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Jointure, portion, gold, estate,
Houses, household-stuff, or land

(The low conveniencies of Fate),
Are Greek no lovers understand.

Believe me, beauteous one ! when love
Enters into a breast,

The two first things it does remove
Are friends and interest.

Passion’s half blind, nor can endure
The careful, scrupulous eyes;

Or else I could not love, I’m sure,
One who in love were wise,

Men in such tempests tost about,
Will, without grief or pain,

Cast all their goods and riches out,
Themselves their port to gain.

As well might martyrs, who do choose
That sacred death to take, .

Mourn for the clothes which they must lose,
When they're bound naked to the stake,

THE WAITING MAID.

THY Maid! ah! find some nobler theme
Whereon thy doubts to place;

Nor by a low suspect blaspheme
The glories of thy face.

Alas! she makes thee shine so fair,
So exquisitely bright,

That her dim lamp must disappear
Before thy potent light.

Three hours each morn in dressing thee
Maliciously are spent;

And make that beauty tyranny,
That's else a civil government.

Th'adorning thee with so much art
Is but a barbarous skill ;

"Tis like the poisoning of a dart
Too apt before to kill.

The ministering angels none can see;
'T is not their beauty' or face,
For which by men they worshipp'd be;
But their high office and their place,
Thou art my Goddess, my Saint she ;
I pray to her, only to pray to thee.

COUNSEL.

AH! what advice can I receive :
No, satisfy me first;

For who would physick-potions give
To one that dies with thirst

A little puff of breath, we find,
Small fires can quench and kill;

But, when they’re great, the adverse wind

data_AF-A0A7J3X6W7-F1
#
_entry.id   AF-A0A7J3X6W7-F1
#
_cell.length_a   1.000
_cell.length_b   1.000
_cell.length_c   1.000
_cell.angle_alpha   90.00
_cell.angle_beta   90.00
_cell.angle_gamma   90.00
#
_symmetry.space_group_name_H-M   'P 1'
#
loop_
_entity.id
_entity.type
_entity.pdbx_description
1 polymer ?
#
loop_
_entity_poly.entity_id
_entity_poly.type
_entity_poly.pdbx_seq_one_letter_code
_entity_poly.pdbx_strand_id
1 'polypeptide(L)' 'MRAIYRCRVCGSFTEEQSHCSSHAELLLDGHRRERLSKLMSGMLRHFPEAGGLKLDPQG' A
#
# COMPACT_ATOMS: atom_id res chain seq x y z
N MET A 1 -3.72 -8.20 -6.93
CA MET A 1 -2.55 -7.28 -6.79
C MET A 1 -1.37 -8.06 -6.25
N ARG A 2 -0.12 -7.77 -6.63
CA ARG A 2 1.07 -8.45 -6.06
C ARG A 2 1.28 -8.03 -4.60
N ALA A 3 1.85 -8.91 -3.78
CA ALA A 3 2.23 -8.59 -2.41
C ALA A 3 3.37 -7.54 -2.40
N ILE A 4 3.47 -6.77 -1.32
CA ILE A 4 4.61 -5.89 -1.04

Does make them greater still.

Now whilst you speak, it moves me much,
But straight I'm just the same;

Alas! th’ effect must needs be such
Of cutting through a flame.

THE CURE.

COME, doctor: use thy roughest art,
Thou canst not cruel prove;

Cut, burn, and torture, every part,
To heal me of my love.

There is no danger, if the pain
Should me to a fever bring;

Compar'd with heats I now sustain,
A fever is so cool a thing
(Like drink which feverish men desire)

That I should hope’t would almost quench my fire,

THE SEPARATION.

ASK me not what my love shall do or be
(Love, which is soul to body, and soul of me!)
When I am separated from thee;
Alas! I might as easily show,
What after death the soul will do;
"T will last, I'm sure, and that is all we know

The thing call'd soul will never stir nor move
But all that while a lifeless carcase prove;
For’t is the body of my love:
Not that my love will fly away,
But still continue; as, they say,
Sad troubled ghosts about their graves do stray.

VOL. II, K

THE TREE,

I CHOSE the flourishingst tree in all the park,
With freshest boughs and fairest head;

I cut my love into his gentle bark,
And in three days, behold !'t is dead:

My very written flames so violent be,
They’ve burnt and wither'd-up the tree.

How should I live myself, whose heart is found
Deeply graven every-where

With the large history of many a wound,
Larger than thy trunk can bear

With art as strange as Homer in the nut,
Love in my heart as volumes put.

What a few words from thy rich stock did take
The leaves and beauties all,

As a strong poison with one drop does make
The nails and hairs to fall :

Love (I see now) a kind of witchcraft is,
Or characters could ne'er do this.

Pardon, ye birds and nymphs, who lov'd this shade;
And pardon me, thou gentle tree;
I thought her name would thee have happy made,
And blessed omens hop'd from thee:

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